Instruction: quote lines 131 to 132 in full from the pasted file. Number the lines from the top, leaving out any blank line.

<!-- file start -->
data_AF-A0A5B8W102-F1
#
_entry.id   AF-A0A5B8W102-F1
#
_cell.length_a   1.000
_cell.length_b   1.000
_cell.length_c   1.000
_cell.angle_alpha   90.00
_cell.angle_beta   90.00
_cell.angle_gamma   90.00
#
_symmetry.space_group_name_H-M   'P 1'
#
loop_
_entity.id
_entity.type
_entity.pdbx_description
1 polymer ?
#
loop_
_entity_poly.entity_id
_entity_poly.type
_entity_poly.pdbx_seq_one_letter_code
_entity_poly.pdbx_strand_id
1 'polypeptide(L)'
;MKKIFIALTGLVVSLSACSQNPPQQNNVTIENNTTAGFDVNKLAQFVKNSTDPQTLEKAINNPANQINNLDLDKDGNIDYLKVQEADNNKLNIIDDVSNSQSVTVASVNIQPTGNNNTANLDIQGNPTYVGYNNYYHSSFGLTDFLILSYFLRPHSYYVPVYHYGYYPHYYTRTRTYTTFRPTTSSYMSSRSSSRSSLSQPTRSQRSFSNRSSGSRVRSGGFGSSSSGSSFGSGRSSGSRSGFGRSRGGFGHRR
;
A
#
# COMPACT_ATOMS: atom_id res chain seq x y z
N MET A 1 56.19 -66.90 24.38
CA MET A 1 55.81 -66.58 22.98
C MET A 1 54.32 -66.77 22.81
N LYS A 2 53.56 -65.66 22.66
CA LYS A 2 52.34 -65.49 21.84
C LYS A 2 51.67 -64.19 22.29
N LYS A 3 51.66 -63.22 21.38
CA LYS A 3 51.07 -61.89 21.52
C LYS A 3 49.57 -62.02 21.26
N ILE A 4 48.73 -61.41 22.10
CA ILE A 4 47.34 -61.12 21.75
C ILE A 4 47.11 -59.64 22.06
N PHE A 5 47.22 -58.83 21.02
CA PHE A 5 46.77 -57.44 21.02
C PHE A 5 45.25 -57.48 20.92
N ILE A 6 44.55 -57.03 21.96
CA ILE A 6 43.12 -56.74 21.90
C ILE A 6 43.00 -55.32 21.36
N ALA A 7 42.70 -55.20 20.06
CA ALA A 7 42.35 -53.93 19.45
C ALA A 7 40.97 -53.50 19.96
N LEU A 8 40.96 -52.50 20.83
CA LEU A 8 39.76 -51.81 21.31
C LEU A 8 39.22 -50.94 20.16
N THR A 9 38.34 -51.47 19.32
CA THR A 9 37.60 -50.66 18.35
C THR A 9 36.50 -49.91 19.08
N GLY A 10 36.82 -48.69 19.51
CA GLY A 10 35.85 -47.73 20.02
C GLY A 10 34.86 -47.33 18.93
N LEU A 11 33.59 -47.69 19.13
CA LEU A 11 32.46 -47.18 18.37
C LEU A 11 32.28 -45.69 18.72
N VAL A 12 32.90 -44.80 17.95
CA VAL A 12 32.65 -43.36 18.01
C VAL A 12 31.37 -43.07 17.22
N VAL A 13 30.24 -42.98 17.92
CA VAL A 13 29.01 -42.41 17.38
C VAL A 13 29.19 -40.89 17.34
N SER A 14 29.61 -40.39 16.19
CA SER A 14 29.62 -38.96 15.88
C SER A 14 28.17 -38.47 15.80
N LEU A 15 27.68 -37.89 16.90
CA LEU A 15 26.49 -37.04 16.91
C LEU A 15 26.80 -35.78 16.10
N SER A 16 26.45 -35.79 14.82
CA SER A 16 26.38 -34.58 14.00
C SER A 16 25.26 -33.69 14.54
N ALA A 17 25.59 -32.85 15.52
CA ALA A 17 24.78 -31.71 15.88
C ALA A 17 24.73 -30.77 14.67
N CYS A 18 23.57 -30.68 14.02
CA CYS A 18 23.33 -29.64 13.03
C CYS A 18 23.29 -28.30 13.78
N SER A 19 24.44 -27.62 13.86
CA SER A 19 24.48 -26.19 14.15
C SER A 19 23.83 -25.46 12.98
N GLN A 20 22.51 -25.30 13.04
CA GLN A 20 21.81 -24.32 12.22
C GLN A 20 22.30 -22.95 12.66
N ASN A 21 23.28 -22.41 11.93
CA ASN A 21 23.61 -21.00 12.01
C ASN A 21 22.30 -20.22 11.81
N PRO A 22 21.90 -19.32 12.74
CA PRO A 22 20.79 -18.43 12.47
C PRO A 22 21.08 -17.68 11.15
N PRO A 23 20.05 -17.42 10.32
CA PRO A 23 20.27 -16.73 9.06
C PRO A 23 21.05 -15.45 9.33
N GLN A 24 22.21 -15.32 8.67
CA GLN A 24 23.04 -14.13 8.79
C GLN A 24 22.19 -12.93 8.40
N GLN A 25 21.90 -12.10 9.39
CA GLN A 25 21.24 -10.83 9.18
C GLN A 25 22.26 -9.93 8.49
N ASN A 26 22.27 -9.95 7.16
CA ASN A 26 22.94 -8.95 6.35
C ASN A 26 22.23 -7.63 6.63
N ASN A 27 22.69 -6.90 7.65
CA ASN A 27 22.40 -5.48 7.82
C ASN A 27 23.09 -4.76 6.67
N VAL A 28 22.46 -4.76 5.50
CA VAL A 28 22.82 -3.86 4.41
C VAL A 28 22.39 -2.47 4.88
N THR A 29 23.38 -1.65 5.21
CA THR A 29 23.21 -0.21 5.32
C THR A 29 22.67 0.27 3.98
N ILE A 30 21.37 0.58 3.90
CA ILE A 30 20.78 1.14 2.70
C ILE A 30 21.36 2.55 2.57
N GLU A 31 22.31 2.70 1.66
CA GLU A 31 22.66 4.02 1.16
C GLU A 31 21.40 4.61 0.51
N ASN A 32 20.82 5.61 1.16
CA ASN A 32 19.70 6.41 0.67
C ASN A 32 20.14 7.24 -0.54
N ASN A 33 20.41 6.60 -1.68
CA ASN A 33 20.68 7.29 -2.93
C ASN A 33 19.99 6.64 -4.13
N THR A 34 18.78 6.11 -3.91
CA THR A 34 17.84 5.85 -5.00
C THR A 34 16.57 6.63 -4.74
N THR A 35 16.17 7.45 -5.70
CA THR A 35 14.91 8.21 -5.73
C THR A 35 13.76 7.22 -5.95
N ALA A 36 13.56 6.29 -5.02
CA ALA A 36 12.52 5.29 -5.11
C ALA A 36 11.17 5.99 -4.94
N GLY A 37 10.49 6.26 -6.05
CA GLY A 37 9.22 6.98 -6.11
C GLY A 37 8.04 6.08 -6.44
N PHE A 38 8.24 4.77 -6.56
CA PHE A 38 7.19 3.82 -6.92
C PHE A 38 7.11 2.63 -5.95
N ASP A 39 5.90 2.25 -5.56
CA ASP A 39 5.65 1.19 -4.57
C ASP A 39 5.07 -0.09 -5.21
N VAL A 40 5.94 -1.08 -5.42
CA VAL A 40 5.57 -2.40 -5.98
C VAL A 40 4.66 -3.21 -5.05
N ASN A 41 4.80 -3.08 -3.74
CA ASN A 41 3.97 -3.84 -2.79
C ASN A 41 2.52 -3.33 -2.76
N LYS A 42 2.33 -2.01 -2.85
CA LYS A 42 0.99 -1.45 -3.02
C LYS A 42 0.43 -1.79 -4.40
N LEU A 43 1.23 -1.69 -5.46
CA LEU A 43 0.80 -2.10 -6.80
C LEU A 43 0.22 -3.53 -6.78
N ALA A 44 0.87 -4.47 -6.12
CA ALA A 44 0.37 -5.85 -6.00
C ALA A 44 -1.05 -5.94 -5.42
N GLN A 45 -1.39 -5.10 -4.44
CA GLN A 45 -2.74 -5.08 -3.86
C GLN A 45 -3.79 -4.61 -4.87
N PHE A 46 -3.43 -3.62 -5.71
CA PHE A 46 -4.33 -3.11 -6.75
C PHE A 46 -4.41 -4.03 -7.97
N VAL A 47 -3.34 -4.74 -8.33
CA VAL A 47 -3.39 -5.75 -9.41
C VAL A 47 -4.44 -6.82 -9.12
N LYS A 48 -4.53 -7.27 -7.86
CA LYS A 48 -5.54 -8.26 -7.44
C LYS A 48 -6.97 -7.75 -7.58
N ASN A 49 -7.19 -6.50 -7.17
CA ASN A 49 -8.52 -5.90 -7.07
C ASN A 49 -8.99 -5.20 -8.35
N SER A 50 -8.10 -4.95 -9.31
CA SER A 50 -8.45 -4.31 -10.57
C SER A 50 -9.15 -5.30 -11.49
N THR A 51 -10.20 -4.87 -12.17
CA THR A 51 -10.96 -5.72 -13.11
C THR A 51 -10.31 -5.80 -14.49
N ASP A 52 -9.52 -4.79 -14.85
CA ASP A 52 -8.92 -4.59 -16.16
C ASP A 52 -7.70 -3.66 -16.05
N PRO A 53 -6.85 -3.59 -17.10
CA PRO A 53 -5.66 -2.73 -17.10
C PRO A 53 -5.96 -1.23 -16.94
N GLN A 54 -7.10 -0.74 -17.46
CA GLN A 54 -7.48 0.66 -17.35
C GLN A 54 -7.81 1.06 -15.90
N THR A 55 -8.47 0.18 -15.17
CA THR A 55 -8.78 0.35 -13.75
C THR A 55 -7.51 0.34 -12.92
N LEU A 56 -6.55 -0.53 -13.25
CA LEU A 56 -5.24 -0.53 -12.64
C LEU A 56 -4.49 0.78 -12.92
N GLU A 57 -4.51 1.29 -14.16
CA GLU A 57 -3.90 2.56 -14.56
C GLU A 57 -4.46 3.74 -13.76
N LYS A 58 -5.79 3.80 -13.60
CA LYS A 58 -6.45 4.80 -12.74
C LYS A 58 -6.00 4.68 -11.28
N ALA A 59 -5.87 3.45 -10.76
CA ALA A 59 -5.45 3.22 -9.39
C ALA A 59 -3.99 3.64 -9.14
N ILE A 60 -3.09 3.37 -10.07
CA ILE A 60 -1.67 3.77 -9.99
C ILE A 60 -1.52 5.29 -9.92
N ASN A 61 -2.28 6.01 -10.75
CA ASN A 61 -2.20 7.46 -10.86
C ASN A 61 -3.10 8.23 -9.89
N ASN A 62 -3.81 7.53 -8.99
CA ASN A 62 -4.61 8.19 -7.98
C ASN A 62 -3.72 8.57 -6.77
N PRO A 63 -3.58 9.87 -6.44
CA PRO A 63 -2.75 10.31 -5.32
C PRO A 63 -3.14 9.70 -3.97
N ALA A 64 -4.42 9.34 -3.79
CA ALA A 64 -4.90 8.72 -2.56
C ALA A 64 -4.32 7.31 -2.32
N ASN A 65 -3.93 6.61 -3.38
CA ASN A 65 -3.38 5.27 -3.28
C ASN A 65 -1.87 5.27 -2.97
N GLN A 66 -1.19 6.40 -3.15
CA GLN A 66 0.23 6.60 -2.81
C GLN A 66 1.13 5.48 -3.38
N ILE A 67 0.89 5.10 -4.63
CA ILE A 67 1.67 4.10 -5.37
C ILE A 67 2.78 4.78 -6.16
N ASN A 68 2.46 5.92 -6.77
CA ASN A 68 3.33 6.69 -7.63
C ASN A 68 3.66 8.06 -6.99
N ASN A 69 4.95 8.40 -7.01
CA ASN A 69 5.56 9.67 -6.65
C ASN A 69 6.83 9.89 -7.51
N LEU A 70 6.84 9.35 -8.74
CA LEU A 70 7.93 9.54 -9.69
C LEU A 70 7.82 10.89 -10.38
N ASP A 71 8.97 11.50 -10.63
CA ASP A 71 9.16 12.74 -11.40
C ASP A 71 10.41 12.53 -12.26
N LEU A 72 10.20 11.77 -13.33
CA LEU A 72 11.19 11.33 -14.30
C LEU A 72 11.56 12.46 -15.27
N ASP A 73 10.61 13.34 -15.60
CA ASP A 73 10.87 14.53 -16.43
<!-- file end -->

CA THR A 34 17.84 5.85 -5.00
C THR A 34 16.57 6.63 -4.74